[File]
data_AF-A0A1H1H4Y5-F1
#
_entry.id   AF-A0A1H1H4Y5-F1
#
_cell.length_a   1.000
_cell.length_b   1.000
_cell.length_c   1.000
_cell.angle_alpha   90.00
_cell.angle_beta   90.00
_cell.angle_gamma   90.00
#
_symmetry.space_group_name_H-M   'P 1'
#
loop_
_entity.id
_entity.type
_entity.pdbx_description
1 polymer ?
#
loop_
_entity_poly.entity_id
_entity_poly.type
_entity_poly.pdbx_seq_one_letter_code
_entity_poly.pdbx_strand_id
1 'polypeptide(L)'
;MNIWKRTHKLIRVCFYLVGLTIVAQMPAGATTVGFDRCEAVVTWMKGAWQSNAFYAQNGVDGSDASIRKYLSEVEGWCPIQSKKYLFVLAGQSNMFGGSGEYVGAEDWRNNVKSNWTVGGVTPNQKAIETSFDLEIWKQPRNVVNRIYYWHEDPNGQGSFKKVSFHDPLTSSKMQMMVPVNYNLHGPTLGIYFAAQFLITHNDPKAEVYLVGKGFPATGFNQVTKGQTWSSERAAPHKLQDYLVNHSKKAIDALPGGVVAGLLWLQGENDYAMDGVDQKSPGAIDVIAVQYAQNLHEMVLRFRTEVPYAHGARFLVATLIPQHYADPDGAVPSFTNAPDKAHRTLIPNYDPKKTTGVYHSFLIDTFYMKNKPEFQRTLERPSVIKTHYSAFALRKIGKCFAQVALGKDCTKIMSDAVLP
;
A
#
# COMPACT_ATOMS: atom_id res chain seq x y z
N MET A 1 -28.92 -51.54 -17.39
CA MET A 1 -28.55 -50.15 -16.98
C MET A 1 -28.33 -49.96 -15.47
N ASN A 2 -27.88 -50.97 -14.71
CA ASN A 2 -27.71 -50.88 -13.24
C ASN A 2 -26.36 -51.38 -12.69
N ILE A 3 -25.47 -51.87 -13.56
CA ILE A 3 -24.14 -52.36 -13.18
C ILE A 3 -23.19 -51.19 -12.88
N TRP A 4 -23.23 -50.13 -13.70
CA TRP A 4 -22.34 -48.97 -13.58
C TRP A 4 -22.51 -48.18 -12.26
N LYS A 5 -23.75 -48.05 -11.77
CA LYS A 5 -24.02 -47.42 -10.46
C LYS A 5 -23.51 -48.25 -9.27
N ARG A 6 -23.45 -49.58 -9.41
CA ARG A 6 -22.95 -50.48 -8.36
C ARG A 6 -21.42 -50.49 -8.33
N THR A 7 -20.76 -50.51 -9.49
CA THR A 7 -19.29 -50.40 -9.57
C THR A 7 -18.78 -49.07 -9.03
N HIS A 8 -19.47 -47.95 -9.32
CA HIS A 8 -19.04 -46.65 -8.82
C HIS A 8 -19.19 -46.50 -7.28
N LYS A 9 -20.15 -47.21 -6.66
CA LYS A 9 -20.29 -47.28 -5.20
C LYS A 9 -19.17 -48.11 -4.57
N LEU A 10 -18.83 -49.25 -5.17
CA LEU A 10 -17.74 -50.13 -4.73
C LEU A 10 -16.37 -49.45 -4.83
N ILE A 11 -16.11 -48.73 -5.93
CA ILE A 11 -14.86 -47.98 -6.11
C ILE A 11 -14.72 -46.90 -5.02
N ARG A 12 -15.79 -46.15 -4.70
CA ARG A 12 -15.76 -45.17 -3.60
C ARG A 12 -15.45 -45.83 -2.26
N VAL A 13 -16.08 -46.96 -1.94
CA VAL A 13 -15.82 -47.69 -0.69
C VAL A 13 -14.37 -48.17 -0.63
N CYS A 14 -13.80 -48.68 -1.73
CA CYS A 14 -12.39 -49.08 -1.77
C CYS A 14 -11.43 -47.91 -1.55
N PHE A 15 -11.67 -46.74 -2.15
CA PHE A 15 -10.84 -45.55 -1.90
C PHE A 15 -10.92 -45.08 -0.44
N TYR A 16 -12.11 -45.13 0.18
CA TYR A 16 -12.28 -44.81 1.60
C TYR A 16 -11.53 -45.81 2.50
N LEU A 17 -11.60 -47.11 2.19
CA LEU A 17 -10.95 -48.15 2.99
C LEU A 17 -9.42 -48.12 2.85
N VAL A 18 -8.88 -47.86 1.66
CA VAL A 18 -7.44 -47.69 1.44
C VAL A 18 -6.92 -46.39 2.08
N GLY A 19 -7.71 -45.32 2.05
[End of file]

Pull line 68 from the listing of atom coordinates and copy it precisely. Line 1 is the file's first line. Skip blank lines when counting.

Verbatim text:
CA VAL A 13 -15.82 -47.69 -0.69